Consumers love it and retailers oblige
The diversity of Pennsylvania’s fruit, vegetable and mushroom growers enables the Keystone State’s retailers and those within a few hours’ drive to gratify consumers eager for the flavor, freshness and quality epitomized by local produce.
“Reaching back more than a decade, we’ve seen a shift of consumer habits and interests, and the reason is clear — more people want to know more about their food and where it comes from,” says Pennsylvania Secretary of Agriculture Russell Redding.
“The varied microclimates, soils and topography, combined with season-extension techniques, lend our state to diverse production and practices. We have great partners in the retailers who carry Pennsylvania’s produce in promoting our state’s products and the PA Preferred brand. The commitment to local helps drive that diversity in our agriculture industry and the subsequent reinvestment of dollars into growers’ local communities,” says Redding.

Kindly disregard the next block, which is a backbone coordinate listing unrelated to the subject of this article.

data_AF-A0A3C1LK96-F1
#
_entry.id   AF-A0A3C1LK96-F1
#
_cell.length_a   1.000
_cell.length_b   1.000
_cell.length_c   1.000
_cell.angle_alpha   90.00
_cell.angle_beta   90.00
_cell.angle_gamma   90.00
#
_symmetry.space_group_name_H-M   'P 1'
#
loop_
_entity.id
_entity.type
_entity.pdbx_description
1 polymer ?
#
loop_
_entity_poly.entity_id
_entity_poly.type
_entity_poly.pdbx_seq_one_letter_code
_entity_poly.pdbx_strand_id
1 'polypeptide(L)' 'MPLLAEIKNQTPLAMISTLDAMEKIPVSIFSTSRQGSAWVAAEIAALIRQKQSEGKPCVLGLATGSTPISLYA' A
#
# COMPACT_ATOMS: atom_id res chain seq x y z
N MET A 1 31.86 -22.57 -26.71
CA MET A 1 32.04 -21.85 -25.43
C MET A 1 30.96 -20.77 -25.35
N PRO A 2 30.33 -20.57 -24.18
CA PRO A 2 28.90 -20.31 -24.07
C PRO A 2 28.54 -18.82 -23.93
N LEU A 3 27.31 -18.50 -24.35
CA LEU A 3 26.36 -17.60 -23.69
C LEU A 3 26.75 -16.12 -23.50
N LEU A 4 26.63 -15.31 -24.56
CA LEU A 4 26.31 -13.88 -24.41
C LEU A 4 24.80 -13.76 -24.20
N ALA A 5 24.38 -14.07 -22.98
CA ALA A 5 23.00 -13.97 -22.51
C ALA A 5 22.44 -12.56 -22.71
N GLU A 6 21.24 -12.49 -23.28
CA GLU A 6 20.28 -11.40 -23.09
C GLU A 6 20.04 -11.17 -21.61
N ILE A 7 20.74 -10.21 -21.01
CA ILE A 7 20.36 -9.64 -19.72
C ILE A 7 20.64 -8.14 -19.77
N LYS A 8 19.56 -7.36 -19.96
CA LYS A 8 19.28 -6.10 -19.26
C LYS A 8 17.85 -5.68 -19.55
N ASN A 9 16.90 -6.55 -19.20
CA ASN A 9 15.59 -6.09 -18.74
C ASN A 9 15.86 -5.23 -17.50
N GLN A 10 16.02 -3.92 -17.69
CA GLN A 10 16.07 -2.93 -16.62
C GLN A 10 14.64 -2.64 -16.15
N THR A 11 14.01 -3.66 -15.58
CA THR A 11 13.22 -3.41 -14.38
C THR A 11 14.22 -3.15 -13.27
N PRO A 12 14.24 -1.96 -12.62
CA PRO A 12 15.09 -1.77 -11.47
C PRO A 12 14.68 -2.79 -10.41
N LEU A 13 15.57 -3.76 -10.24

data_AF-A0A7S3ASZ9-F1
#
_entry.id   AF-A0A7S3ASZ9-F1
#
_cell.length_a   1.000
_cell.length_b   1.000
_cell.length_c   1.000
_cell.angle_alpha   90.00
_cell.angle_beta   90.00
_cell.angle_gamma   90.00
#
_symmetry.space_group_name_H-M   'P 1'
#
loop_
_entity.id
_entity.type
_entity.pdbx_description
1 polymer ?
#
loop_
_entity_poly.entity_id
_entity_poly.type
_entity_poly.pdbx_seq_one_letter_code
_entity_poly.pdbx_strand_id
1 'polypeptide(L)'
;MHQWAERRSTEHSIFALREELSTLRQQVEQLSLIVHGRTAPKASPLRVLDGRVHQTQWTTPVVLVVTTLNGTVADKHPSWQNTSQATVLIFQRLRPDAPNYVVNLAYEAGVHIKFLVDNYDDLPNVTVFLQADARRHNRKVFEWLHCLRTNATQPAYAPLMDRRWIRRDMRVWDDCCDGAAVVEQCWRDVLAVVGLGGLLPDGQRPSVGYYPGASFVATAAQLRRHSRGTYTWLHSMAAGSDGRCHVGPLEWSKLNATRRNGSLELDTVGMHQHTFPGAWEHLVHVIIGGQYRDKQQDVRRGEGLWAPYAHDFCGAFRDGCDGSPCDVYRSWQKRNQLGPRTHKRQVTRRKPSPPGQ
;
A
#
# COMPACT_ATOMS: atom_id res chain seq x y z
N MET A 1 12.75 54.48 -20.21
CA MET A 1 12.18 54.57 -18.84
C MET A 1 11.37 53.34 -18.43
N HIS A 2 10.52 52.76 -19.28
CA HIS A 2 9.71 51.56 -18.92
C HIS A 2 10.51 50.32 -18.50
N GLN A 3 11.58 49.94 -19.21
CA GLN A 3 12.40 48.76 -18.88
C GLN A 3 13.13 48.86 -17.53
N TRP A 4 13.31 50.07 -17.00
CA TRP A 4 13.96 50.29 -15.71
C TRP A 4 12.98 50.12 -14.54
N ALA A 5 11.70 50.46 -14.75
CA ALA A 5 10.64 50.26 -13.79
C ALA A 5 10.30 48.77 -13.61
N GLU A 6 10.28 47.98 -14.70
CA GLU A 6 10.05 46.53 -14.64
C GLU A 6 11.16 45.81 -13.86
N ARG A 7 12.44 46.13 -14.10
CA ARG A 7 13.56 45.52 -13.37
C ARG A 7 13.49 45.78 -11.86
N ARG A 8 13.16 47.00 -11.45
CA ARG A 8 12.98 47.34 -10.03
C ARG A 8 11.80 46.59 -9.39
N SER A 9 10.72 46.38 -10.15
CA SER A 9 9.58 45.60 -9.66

Prompted by the burgeoning “buy local” movement, the Pennsylvania General Assembly enacted the PA Preferred program in 2011. Since then, it has grown to 2,000 members, which include retailers, restaurants, value-added members, and fruit and vegetable farms. The program, administered by the Pennsylvania Department of Agriculture (PDA), assures that the members’ products are grown/produced in the state.
Retailers Rally Around Local